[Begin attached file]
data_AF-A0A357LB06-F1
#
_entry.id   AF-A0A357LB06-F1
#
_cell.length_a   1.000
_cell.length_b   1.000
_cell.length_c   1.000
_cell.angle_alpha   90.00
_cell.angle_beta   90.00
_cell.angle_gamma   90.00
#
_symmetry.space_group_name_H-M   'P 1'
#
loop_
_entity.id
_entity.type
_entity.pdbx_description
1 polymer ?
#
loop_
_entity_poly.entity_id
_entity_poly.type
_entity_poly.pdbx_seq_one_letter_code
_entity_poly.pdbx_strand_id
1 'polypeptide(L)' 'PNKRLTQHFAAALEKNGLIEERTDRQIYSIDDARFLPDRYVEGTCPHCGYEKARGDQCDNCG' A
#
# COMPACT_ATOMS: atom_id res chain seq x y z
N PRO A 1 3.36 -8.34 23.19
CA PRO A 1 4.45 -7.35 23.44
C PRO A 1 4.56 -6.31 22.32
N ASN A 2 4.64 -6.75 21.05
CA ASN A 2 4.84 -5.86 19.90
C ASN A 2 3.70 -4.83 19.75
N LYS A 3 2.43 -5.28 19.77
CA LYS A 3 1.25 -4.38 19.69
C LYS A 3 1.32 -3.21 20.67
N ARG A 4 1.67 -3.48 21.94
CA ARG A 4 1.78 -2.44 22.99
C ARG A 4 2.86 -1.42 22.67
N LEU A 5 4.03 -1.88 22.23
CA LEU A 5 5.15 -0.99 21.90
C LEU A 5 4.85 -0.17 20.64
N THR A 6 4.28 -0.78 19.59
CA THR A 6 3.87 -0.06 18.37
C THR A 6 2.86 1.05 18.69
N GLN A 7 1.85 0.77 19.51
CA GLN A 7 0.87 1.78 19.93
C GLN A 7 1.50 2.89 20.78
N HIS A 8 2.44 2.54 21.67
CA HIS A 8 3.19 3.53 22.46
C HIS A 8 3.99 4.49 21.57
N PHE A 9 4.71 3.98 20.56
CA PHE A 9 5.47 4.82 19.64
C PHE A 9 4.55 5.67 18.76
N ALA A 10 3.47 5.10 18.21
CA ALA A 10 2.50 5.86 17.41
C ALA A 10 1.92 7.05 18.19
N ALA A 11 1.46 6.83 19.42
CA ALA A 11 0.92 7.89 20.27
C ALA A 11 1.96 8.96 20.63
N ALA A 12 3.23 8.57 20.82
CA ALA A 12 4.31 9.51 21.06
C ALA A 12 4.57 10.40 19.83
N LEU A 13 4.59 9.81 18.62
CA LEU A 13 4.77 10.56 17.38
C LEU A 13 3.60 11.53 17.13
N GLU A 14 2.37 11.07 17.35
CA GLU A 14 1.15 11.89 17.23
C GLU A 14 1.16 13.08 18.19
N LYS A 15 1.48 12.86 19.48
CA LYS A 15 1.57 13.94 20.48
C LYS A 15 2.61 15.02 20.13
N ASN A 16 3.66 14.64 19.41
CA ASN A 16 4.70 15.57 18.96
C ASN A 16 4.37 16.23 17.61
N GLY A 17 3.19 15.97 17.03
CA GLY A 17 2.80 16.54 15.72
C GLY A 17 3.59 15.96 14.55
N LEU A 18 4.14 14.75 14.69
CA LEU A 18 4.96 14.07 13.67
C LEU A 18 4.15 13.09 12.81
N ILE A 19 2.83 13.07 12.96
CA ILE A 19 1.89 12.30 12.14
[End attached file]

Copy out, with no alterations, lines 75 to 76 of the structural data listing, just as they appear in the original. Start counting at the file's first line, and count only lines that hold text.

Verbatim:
C ASN A 16 4.37 16.23 17.61
N GLY A 17 3.19 15.97 17.03